This is a common question for any surgery. Recovery usually takes two to three weeks, though many patients go back to work in two weeks. Scars are usually not noticeable after enough time has passed for them to mature. In any case, they are easily disguised in natural skin creases, by the hair, or, in persistent cases, by makeup until total healing has occurred. Bear in mind that the aging process continues after surgery and that some relaxation of tissues will occur during the first few weeks.
Dr. Johnston understands that recovery means different things to different people. Here are some guidelines specific to brow lifts, which apply whether you have had one or both brows done.
During the first week, you are likely to have some pain, swelling, and bruising after the procedure. You may feel fatigued. Some patients experience nausea, even vomiting, during the first 24 hours. We will provide you with a prescription to combat nausea just in case you need it, in addition to prescription pain medicine.
A sore throat can occur from the use of an endotracheal tube during the procedure to assist with ventilation. This usually lasts about five days.
If you undergo upper and/or lower eyelid surgery it is common to have bruising, swelling, and even blurry vision. Some patients have enough eyelid swelling that it obstructs their vision for a period of days. Significant pain or visual loss is not common, and you should call your surgeon or see a physician immediately if this occurs.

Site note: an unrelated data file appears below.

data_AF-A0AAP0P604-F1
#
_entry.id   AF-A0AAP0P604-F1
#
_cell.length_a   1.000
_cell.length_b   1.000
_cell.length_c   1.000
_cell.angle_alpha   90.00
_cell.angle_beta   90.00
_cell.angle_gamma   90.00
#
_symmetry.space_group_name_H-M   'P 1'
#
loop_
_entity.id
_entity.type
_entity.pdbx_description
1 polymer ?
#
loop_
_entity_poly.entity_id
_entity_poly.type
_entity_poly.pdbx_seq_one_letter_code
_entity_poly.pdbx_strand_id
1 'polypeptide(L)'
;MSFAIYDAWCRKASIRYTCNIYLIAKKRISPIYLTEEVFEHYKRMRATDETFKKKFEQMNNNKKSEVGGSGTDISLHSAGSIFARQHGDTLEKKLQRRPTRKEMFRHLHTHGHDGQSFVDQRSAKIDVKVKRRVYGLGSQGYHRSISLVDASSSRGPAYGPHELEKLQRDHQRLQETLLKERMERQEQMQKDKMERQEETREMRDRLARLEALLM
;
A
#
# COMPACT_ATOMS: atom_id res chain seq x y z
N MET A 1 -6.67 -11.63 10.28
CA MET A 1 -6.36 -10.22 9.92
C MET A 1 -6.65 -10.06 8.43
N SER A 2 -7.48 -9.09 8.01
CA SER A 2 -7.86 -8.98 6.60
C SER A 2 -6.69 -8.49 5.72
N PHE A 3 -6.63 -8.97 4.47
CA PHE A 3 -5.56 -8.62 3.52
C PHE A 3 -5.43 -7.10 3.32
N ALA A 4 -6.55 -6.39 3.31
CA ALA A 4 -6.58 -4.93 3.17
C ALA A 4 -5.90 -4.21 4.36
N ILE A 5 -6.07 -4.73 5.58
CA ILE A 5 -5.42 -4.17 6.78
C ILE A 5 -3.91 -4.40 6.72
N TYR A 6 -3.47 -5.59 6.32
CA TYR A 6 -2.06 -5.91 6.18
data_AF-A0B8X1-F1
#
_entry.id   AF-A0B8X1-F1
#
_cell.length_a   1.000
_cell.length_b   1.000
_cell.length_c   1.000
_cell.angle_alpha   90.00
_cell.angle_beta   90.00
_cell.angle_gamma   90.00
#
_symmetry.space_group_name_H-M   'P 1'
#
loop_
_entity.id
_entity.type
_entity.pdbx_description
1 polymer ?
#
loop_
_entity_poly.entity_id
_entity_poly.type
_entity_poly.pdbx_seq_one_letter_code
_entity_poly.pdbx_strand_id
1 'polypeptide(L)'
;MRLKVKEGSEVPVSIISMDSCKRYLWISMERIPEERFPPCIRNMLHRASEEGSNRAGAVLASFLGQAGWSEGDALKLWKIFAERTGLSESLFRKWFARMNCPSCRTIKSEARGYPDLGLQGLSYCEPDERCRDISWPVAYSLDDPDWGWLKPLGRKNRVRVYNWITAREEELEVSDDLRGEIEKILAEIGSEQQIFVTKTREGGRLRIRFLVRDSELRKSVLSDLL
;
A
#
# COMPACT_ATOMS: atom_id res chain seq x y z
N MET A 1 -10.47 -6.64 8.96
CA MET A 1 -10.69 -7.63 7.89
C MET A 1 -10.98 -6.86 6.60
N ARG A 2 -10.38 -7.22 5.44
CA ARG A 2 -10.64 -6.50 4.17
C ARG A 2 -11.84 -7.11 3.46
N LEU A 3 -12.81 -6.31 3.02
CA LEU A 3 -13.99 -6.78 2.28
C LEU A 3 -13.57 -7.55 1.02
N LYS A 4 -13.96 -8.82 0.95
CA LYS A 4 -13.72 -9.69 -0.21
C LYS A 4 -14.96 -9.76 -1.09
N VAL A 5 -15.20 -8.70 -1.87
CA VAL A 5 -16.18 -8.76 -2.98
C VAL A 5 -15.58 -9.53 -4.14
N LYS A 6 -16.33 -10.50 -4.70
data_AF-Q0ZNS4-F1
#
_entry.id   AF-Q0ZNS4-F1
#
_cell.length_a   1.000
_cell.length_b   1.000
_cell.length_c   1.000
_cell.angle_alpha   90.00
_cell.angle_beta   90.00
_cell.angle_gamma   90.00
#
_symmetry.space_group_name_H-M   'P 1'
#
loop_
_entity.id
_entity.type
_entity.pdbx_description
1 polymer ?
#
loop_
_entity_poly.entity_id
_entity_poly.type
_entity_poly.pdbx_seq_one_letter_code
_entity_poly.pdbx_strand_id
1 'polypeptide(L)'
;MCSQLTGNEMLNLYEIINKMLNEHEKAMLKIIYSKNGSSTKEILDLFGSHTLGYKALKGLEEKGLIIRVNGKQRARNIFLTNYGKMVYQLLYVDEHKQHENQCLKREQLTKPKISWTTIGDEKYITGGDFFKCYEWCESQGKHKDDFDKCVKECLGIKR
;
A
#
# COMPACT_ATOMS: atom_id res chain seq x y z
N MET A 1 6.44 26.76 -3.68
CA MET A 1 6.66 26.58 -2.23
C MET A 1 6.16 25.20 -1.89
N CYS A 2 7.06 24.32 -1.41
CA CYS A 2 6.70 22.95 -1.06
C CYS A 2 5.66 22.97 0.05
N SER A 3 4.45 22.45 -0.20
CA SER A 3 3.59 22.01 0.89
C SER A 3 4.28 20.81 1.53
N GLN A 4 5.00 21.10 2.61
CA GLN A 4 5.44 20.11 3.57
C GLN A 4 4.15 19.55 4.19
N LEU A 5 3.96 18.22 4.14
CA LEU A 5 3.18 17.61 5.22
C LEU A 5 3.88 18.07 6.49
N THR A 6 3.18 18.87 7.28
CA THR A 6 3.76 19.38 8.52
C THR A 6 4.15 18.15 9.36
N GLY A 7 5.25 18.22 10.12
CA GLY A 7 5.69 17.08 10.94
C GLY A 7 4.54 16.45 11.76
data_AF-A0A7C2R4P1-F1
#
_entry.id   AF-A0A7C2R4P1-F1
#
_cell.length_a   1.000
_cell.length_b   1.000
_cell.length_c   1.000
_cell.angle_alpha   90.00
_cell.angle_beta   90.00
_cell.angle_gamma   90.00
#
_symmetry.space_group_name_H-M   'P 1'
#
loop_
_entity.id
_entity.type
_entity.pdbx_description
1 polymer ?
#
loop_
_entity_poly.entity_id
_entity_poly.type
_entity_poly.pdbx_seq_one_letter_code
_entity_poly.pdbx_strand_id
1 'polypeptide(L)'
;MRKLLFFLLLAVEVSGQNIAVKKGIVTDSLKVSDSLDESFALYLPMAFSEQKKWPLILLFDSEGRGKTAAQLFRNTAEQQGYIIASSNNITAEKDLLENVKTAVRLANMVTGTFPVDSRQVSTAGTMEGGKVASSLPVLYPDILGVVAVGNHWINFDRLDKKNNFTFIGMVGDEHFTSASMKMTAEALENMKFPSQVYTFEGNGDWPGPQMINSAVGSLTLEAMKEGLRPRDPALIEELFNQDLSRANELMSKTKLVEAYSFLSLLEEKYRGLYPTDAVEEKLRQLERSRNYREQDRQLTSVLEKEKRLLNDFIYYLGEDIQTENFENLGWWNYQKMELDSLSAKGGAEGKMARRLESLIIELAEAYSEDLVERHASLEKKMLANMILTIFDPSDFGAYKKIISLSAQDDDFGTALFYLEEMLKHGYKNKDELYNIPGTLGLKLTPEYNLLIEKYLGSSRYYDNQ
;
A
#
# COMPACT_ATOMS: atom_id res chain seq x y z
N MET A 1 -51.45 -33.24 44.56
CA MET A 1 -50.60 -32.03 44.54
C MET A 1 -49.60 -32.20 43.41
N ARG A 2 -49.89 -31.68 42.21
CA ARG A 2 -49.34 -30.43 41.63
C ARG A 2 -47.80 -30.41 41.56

A sensation of tightness—around the eyes, the face, and the neck—is relatively common. Numbness of the ears, and forehead, can occur.
You may wear eyeglasses when you are comfortable doing so, but please refrain from wearing contacts until you have been advised that you can.
Light exercise, such as walking, is encouraged, but refrain from heavy, strenuous activity so as to minimize bruising after surgery.
The more dramatic swelling of the first 48 hours will resolve fairly quickly. The bruising is typically gone by 2-3 weeks after the procedure. During the first month you may notice a asymmetric swelling, some irregularities to the skin and underlying soft tissue (“lumpiness”), a sensation of tightness, numbness in certain areas, tingling, palpable sutures, mildly blurry vision, changes in the ear or brow position on one or both sides, and the like.
Your eyes may feel dry, and require you to apply artificial tears or prescription eye drops for a period of time.